Company: XcelleNetCustomer: HerculesSubmitted by: MCC InternationalDate: July 2000There is an increasing need for remote workers in the field to have efficient, instant access to corporate information resources and applications – their laptops are their mobile offices. In the complex world of water treatment, customers looking to make their operations more environmentally friendly, as well as more cost effective and productive rely on consultants and salespeople to provide them with the most appropriate solutions. The purer their water, the less furring and corrosion affects their infrastructure. Hercules, the $1.3 billion manufacturer of chemical specialities is a market leader in supplying industrial water systems to such customers.
Its sales staff, form close long-term relationships with those customers. They provide consultancy on existing water treatment processes, identify where alternative treatment methods might be appropriate and recommend improvements to descaling and defouling processes.In order to provide this level of service and apply their technical expertise, they need a wide range of information to be instantly available at their fingertips, via their laptops. To this end, Hercules has recently embarked on a major upgrade programme, using XcelleNet’s Afaria (formally CONNECT:Manage), management solution for the mobile enterprise to deliver faster communications facilities and more efficient information updates to users in the field.Previously, explains Joe Houghton, Sales Force Automation manager for Hercules in Europe and Asia Pacific, sales people and consultants relied on a standard modem line with limited bandwidth to keep in touch with head office.
“With Afaria, we can send information down to the laptops and keep it up to date in a highly co-ordinated way,” he says. “We spent some time looking at other remote management modules, but we selected Afaria because we wanted the complete flexibility that the product offered.”According to Houghton, maintaining the integrity of the information involves a complex sequence of events that might include updating a number of systems simultaneously. Hercules wanted the flexibility to do that in its own way rather than being constrained by a more predefined solution.”Not only is the underlying technology robust, but it helps us to optimise connections over a relatively low bandwidth.
It gives us the tool set we need and it’s highly configurable,” says Houghton.Overall, users have already reported significant improvements in communications speed. Many of them access information systems via Afaria over the Lan rather than modems, and these have experienced connection speeds increased by up to 20 times, one of the key benefits of optimised transmission over TCP/IP.Houghton says the upgrade was carefully planned and executed. Once Christmas 1999 and the anxiously-anticipated advent of the new millennium had passed without incident, the company prepared to upgrade some 500 users who were relying on their existing XcelleNet connections to an OS/2 server.”We created a self-running setup file to install Afaria and added that to a script file which ran automatically when a user dialled in,” he says.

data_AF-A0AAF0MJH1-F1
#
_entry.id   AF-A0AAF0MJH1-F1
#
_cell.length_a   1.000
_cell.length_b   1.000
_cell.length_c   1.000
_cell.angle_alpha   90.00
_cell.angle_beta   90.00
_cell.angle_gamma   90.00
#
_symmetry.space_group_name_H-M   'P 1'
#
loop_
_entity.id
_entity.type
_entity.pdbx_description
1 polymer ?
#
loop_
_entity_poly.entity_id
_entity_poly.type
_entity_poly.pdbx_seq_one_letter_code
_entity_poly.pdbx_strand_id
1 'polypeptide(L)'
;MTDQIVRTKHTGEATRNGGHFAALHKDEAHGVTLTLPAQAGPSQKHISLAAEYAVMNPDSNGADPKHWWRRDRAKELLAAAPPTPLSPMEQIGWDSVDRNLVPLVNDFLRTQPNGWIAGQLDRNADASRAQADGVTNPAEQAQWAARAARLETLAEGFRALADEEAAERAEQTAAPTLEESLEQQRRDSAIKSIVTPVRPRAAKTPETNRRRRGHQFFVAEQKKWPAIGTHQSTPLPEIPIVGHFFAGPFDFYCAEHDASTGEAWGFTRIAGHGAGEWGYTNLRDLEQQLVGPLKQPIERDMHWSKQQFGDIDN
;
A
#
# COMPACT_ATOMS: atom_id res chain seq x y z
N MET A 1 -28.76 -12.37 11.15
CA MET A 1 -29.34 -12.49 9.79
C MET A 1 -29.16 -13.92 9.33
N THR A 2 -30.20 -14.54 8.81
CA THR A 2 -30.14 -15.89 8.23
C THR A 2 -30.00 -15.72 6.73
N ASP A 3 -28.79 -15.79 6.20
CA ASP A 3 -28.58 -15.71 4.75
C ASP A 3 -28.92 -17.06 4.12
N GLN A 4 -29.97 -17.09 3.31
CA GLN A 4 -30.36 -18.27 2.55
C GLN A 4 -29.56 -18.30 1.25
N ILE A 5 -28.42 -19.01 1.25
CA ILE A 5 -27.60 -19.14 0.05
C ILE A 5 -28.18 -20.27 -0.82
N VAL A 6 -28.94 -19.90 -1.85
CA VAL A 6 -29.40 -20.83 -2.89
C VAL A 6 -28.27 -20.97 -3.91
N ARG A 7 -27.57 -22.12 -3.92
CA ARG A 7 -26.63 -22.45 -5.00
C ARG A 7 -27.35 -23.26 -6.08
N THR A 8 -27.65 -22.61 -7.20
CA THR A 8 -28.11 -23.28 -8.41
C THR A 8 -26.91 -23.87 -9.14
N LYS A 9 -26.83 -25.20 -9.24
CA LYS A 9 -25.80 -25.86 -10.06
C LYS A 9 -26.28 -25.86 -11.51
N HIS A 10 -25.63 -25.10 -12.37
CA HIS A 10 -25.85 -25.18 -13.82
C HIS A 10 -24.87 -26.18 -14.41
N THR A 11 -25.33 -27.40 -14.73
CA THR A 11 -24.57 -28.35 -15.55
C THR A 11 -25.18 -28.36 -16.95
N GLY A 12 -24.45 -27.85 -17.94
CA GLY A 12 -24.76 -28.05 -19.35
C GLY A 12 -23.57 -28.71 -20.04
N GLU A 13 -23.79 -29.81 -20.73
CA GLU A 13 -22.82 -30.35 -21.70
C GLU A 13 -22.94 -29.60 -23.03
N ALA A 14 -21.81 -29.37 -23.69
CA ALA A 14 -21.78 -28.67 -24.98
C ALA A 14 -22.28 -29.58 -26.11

“When the setup file hit the laptops, it ran automatically, removing access to the old icons and options and automatically converting to the new system, all in one session. The next time they dialled in, they came straight on to the new Afaria server in Widnes. All 500 upgrades were seamless. It went totally painlessly!”One of the major benefits from a systems management perspective is that Afaria enables Houghton and his team to be even more reactive to his users’ requirements.”At least 80% of what we do as a corporate resource is driven by comments from our end users,” he says.
“We constantly listen to them. And if they come back and say that something’s taking too long to access or download, we try and react the same day. We also work closely with our local IT groups so that when new scripts are brought on-line, they’re always aware that something is happening. They certainly don’t like to sit and watch what we do with the system without having some kind of control themselves.”The vital issue of secure access is also addressed by Afaria, which allows the IT department to set its own parameters. Security is handled in scripts, with identification files maintained on laptops and validated against back-end systems when users access the server.
Any incorrect identifications or anomalies are immediately signalled centrally. With 500 users migrated, a further 300 non-legacy users have also been installed across six countries in Europe.In looking at the next version to upgrade – Afaria 3 will help here, with features like byte level differencing. This detects changes in, for example, a Powerpoint presentation, and only transmits those changes. That means that a transmission might only by 2-300kbits, rather than 2-300MB, offering significant reductions in bandwidth requirements, particularly for major program updates.”We’re probably comparatively advanced users because we’re used to doing our own scripting,” says Houghton.
“But the standard of support is still reasonably important to us and XcelleNet has been good at fielding our technical questions.”He adds that Hercules has been very pleased with the performance of Afaria and its relationship with XcelleNet over the past number of years. “That’s why we’ve continued to use their products,” he says. “After all, it isn’t always possible to get to a phone line when a user is out in the field, hundreds of miles from anywhere. If I found myself in a greenfield site without something like Afaria I’d certainly put it in.”